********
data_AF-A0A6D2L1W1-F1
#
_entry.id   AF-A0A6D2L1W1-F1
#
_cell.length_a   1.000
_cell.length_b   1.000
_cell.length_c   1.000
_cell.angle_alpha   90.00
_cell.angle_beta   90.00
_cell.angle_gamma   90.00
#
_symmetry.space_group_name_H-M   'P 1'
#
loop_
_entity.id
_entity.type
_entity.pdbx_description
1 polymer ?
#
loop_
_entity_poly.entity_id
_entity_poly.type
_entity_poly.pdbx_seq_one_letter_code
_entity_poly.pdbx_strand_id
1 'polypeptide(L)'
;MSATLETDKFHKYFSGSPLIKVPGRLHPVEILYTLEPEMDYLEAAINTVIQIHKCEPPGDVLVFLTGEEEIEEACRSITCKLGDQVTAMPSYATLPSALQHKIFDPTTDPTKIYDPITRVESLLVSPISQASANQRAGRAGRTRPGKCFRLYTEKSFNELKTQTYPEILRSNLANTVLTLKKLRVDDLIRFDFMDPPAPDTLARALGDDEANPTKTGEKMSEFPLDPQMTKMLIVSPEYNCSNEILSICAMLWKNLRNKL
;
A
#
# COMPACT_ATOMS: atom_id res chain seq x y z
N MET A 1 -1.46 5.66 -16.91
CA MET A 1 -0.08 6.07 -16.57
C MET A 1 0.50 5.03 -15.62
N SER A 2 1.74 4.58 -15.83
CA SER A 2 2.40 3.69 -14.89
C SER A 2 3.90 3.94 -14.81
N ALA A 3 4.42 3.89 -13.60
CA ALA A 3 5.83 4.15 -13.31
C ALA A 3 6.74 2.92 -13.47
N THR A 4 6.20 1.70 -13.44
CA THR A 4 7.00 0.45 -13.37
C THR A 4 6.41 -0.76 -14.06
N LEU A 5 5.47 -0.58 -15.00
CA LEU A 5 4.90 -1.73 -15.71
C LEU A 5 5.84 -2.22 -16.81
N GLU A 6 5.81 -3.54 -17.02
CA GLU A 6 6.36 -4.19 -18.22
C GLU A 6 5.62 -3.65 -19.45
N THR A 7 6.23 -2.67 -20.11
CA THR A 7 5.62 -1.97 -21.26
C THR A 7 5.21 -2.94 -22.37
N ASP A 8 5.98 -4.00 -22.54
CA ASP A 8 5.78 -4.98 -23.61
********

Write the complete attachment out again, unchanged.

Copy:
data_AF-A0A6D2L1W1-F1
#
_entry.id   AF-A0A6D2L1W1-F1
#
_cell.length_a   1.000
_cell.length_b   1.000
_cell.length_c   1.000
_cell.angle_alpha   90.00
_cell.angle_beta   90.00
_cell.angle_gamma   90.00
#
_symmetry.space_group_name_H-M   'P 1'
#
loop_
_entity.id
_entity.type
_entity.pdbx_description
1 polymer ?
#
loop_
_entity_poly.entity_id
_entity_poly.type
_entity_poly.pdbx_seq_one_letter_code
_entity_poly.pdbx_strand_id
1 'polypeptide(L)'
;MSATLETDKFHKYFSGSPLIKVPGRLHPVEILYTLEPEMDYLEAAINTVIQIHKCEPPGDVLVFLTGEEEIEEACRSITCKLGDQVTAMPSYATLPSALQHKIFDPTTDPTKIYDPITRVESLLVSPISQASANQRAGRAGRTRPGKCFRLYTEKSFNELKTQTYPEILRSNLANTVLTLKKLRVDDLIRFDFMDPPAPDTLARALGDDEANPTKTGEKMSEFPLDPQMTKMLIVSPEYNCSNEILSICAMLWKNLRNKL
;
A
#
# COMPACT_ATOMS: atom_id res chain seq x y z
N MET A 1 -1.46 5.66 -16.91
CA MET A 1 -0.08 6.07 -16.57
C MET A 1 0.50 5.03 -15.62
N SER A 2 1.74 4.58 -15.83
CA SER A 2 2.40 3.69 -14.89
C SER A 2 3.90 3.94 -14.81
N ALA A 3 4.42 3.89 -13.60
CA ALA A 3 5.83 4.15 -13.31
C ALA A 3 6.74 2.92 -13.47
N THR A 4 6.20 1.70 -13.44
CA THR A 4 7.00 0.45 -13.37
C THR A 4 6.41 -0.76 -14.06
N LEU A 5 5.47 -0.58 -15.00
CA LEU A 5 4.90 -1.73 -15.71
C LEU A 5 5.84 -2.22 -16.81
N GLU A 6 5.81 -3.54 -17.02
CA GLU A 6 6.36 -4.19 -18.22
C GLU A 6 5.62 -3.65 -19.45
N THR A 7 6.23 -2.67 -20.11
CA THR A 7 5.62 -1.97 -21.26
C THR A 7 5.21 -2.94 -22.37
N ASP A 8 5.98 -4.00 -22.54
CA ASP A 8 5.78 -4.98 -23.61